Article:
Presentation of the Augsburg Confession

The Presentation of the Augsburg Confession

What does it mean to fight the good fight of the faith? To understand Paul’s admonition to Timothy, we need to look at the context. In the sentence before, Paul tells him (and us) to flee from evil and pursue righteousness, godliness, faith, love, steadfastness, and gentleness. In the sentence after, he charges him to keep the commandment unstained. Although some have used this passage to justify fighting people of other faiths, or Christians they considered heretical, that doesn’t really make sense in context. 
Who are we fighting, then? In Ephesians, Paul says, “For we do not wrestle against flesh and blood, but against the rulers, against the authorities, against the cosmic powers over this present darkness, against the spiritual forces of evil in the heavenly places.” We are fighting the spiritual powers of evil. Temptation. Fear. Self-righteousness. Greed. Pride.
We are fighting a spiritual battle inside ourselves, every day. And if we’re honest with ourselves, we aren’t winning. Like the Israelites listening to Ezra read God’s Law, when the Law holds up the mirror for us to look at ourselves the way God sees us, we just want to weep. So why is it that Ezra and Nehemiah tell them not to grieve? In fact, to rejoice! Have a feast! Invite everybody!
We can rejoice instead of grieving because the joy of the Lord is our strength. We have no fear because Jesus, the precious Son of God, tells us we are of more value than many sparrows. Jesus tells us we are worth the price He paid for us: His own suffering and death on the cross; His holy body and blood. If we were fighting our spiritual battle alone, we would have to despair. But we aren’t ever alone.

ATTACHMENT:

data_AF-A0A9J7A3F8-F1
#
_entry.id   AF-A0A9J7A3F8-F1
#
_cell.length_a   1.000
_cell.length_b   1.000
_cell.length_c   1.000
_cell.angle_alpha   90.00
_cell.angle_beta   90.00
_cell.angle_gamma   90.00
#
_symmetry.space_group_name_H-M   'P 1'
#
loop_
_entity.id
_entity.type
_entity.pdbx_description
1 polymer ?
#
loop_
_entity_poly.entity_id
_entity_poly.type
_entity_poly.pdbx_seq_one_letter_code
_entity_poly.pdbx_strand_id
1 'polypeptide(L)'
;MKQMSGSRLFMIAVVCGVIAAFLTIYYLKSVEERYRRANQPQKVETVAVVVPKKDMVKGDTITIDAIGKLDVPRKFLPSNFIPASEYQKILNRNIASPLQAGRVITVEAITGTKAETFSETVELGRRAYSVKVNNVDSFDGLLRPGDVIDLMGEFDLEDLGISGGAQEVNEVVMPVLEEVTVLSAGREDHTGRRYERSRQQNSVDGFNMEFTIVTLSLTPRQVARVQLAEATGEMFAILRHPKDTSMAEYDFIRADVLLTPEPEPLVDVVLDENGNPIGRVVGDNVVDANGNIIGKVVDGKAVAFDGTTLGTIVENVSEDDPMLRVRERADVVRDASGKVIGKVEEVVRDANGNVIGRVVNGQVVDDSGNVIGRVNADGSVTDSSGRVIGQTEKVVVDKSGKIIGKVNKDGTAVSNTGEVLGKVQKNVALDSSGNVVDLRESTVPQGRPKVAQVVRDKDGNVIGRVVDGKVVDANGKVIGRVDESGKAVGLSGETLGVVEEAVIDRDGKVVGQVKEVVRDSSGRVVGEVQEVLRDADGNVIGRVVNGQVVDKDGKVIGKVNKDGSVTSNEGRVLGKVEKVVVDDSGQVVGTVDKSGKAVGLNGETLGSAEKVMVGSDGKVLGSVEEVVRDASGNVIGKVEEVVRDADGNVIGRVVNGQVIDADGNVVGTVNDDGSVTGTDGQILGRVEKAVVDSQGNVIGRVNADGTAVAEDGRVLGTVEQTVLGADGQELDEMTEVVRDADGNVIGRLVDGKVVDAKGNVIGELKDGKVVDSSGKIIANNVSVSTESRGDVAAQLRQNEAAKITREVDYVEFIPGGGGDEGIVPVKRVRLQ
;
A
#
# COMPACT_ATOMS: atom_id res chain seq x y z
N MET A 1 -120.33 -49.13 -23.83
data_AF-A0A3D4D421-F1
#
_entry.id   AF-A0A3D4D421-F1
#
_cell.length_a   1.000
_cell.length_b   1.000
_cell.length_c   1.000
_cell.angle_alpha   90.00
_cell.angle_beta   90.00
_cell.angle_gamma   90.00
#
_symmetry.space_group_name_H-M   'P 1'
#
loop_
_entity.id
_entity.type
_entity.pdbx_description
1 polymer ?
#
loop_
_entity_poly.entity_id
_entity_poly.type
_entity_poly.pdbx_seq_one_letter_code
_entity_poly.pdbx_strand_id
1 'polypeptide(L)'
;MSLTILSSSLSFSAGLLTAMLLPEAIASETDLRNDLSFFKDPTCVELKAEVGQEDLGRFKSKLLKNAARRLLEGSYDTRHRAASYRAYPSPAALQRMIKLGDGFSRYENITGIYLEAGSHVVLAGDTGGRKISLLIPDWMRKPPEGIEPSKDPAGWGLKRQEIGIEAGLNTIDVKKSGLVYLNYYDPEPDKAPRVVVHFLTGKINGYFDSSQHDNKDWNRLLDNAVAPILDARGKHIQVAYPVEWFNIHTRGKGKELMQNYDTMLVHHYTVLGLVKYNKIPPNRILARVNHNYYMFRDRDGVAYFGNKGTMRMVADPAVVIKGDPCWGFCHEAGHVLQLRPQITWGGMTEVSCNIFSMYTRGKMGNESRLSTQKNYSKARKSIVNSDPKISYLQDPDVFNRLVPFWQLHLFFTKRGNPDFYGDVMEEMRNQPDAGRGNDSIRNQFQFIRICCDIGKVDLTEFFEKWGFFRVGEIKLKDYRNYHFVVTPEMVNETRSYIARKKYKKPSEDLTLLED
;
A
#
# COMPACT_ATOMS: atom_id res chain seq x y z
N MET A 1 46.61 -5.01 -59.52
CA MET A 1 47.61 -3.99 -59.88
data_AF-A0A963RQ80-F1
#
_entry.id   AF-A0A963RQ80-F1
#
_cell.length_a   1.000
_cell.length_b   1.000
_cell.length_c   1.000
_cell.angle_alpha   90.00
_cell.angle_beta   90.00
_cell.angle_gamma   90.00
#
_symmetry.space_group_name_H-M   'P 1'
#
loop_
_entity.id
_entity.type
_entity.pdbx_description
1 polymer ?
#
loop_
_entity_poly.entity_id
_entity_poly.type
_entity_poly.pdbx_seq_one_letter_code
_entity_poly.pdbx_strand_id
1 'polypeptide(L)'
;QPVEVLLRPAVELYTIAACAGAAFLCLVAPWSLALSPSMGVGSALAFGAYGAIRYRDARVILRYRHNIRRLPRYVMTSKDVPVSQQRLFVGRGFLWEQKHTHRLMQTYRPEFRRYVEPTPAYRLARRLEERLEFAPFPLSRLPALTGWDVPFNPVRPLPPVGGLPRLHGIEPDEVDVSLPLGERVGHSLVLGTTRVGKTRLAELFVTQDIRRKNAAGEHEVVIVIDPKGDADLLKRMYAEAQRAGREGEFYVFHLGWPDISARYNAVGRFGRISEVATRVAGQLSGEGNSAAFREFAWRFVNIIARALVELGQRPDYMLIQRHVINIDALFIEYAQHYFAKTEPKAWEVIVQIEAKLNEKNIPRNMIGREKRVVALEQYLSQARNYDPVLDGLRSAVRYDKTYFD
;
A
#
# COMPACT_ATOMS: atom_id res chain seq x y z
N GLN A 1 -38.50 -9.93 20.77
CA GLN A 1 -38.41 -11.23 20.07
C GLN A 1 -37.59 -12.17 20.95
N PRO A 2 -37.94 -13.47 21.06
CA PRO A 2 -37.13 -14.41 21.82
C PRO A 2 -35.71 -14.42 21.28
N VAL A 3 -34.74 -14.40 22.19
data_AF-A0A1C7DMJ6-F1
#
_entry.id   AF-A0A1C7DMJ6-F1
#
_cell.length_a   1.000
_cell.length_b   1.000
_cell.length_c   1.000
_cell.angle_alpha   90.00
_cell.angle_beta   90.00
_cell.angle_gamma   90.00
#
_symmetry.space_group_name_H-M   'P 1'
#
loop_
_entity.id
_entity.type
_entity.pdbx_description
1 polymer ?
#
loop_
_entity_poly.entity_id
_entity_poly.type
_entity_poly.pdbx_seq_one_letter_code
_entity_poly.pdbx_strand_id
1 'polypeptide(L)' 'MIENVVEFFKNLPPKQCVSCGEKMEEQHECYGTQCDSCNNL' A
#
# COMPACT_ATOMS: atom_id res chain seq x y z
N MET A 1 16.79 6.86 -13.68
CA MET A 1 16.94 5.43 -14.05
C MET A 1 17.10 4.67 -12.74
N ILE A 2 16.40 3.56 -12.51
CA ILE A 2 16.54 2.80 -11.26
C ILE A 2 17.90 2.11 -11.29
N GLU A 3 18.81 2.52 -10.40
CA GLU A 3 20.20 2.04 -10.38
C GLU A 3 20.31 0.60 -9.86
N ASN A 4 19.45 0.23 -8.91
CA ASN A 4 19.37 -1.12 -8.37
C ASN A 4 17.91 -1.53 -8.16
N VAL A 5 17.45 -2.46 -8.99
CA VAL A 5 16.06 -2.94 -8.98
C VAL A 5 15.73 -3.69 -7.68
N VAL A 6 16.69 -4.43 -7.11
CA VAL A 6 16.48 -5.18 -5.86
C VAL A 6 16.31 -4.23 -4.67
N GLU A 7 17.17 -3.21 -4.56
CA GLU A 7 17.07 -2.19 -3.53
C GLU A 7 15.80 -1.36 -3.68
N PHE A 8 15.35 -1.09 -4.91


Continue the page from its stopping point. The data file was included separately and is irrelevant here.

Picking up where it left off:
Jesus came down to be our champion and fight for us, and so we do not have to fear or grieve. Our victory is already won. His Holy Spirit is right there in our hearts, fighting for us every day. And so the Christian fight looks a lot different from what we might expect. It looks like faith, love, gentleness, joy even in suffering, humility, steadfastness. And we are to send portions to anyone who has nothing ready. In joy and gratitude, we share the good gifts of God with others, and invite them to share in the feast He has prepared for all the lost.
The Old Testament lesson is from the book of Nehemiah, chapter 8, verses 1-10:
And all the people gathered as one man into the square before the Water Gate. And they told Ezra the scribe to bring the Book of the Law of Moses that the Lord had commanded Israel. So Ezra the priest brought the Law before the assembly, both men and women and all who could understand what they heard, on the first day of the seventh month. And he read from it facing the square before the Water Gate from early morning until midday, in the presence of the men and the women and those who could understand. And the ears of all the people were attentive to the Book of the Law. And Ezra the scribe stood on a wooden platform that they had made for the purpose. And beside him stood Mattithiah, Shema, Anaiah, Uriah, Hilkiah, and Maaseiah on his right hand, and Pedaiah, Mishael, Malchijah, Hashum, Hashbaddanah, Zechariah, and Meshullam on his left hand. And Ezra opened the book in the sight of all the people, for he was above all the people, and as he opened it all the people stood.